Taking the diabetes drug metformin during pregnancy did not prevent obese mothers from having babies who were born overweight, according to data published in The Lancet Diabetes & Endocrinology.
“Maternal obesity is associated with increased birthweight, and obesity and premature mortality in adult offspring. The mechanism by which maternal obesity leads to these outcomes is not well understood, but maternal hyperglycemia and insulin resistance are both implicated,” researchers wrote.
As an insulin-sensitizing drug, metformin may have the potential to mediate insulin resistance and hyperglycemia in this patient population, the researchers hypothesized. Therefore, they sought to determine whether treatment with metformin could improve maternal and fetal outcomes in obese pregnant women without diabetes.
For their study, dubbed the EMPOWaR study, the researchers conducted a double-blind trial at 15 National Health Service hospitals in the United Kingdom. They randomly assigned 449 obese pregnant women to placebo (n=223) or metformin (n=226) from between 12 and 16 weeks’ gestation until delivery of the baby.
The final modified intention-to-treat analysis included 434 (97%) of the women. Results revealed no significant differences in birthweight for babies born to women who received placebo vs. metformin (mean birthweight, 3,463 g vs. 3,462 g).
Further, the researchers noted that the estimated effect size of metformin on Z score corresponding to gestational age, parity and sex-standardized birthweight percentile was nonsignificant (adjusted mean difference, –0.029; 95% CI, –0.217 to 0.158).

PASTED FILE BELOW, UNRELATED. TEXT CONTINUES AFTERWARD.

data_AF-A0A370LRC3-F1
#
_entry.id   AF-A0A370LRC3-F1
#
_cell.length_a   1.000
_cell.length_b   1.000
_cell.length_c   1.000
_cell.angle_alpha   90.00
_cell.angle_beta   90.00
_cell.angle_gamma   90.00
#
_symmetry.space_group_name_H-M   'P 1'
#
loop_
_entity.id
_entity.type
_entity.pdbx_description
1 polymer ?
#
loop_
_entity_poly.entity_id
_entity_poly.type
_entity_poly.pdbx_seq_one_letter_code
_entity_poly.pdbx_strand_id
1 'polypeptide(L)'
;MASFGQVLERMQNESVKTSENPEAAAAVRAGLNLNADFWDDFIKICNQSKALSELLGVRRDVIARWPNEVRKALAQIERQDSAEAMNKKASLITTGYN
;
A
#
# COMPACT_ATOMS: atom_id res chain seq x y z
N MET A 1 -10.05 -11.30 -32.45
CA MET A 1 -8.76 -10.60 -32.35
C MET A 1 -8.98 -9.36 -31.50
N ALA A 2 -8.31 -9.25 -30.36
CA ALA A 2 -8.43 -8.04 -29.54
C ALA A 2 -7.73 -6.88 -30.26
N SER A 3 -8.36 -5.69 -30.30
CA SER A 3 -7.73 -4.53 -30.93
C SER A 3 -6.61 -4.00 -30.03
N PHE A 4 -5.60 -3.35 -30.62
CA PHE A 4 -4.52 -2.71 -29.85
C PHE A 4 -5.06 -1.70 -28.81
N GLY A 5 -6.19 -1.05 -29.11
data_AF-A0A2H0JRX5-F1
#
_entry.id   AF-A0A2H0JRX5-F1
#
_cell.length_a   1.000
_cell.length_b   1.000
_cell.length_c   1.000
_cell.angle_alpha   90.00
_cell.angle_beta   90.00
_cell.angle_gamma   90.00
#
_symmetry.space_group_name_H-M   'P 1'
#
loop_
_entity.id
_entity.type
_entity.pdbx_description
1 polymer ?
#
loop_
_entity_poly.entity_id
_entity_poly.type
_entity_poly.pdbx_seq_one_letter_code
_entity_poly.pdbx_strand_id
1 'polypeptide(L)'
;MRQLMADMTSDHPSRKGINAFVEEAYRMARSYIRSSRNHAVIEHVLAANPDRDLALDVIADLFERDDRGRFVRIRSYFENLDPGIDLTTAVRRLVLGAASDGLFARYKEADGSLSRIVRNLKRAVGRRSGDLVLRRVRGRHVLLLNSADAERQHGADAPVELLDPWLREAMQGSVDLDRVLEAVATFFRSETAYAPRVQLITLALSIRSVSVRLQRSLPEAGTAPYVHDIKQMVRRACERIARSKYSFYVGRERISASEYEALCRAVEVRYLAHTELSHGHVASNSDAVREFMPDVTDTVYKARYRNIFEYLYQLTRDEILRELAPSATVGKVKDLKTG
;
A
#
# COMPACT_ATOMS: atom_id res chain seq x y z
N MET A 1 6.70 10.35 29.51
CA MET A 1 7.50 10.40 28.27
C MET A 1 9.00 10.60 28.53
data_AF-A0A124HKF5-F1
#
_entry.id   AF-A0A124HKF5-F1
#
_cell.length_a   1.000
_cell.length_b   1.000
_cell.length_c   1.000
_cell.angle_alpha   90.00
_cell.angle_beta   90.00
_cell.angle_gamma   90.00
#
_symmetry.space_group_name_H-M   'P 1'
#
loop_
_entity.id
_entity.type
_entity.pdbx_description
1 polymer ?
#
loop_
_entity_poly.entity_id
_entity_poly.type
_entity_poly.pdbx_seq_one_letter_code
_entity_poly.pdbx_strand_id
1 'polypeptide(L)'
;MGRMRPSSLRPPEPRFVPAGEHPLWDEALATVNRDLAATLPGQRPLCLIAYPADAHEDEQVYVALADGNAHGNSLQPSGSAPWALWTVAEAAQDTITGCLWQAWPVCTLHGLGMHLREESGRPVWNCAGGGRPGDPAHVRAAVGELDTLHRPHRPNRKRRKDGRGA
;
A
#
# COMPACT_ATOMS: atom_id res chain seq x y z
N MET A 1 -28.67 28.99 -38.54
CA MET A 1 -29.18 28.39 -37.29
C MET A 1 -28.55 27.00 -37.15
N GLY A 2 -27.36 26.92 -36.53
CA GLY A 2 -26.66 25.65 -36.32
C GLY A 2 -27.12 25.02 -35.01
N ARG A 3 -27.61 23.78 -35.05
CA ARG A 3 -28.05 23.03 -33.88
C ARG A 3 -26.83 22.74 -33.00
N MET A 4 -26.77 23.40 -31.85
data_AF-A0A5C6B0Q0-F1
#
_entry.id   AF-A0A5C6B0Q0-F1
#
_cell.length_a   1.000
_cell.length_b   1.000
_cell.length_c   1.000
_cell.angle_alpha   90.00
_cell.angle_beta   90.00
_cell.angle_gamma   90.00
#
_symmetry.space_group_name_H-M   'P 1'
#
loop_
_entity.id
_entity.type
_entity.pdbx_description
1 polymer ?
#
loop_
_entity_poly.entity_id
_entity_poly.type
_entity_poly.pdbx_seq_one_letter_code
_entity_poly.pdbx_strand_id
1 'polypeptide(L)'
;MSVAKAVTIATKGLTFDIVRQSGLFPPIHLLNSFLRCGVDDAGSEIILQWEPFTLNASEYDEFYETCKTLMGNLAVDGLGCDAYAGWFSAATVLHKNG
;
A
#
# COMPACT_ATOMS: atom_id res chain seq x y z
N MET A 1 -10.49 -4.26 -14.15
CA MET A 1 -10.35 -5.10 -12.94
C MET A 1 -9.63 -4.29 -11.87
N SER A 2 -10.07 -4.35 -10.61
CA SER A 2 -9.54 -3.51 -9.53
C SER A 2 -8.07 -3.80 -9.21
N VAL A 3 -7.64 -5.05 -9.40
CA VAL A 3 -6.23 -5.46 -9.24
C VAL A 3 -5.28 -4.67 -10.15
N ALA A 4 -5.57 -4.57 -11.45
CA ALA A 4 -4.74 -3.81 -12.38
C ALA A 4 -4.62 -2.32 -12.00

In terms of adverse outcomes, there were no significant differences in the number of women reporting the combination of miscarriage, termination of pregnancy, stillbirth or neonatal death in the metformin group (n=7) vs. the placebo group (n=2; OR=3.60; 95% CI, 0.74-17.50).
The researchers did observe some benefits on fasting glucose and insulin among women taking metformin, as compared with placebo, at 28 weeks in the intention-to-treat analysis, and in fasting and 2-hour glucose, insulin and HOMA-IR at 28 weeks in the per-protocol analysis. However, there appeared to be a lack of effect at 36 weeks
Data also showed that metformin was linked to some improvement in inflammatory markers.
Follow-up to assess how the babies fare as adults is necessary to determine if metformin had any metabolic benefits despite a lack of effect on birthweight, the researchers noted.
“The children of obese pregnant women face a lifetime of long-term health complications as they grow up. The results of the EMPOWaR study emphasize the importance for women to be of normal weight before pregnancy,” study researcher Jane E. Norman, MD, director of the Tommy’s Centre for Maternal and Fetal Health at the University of Edinburgh, said in a press release.
Chief Executive of Tommy’s Centre Jane Brewin also commented on the findings.
“This well conducted study illustrates one of the most important health challenges we face. We must find ways to encourage women to manage their weight before they become pregnant to minimize the potential adverse impact on their children,” Brewin said in the release.
“This study shows us there are no easy answers and we must redouble our efforts to find effective ways to help women who are overweight in pregnancy.”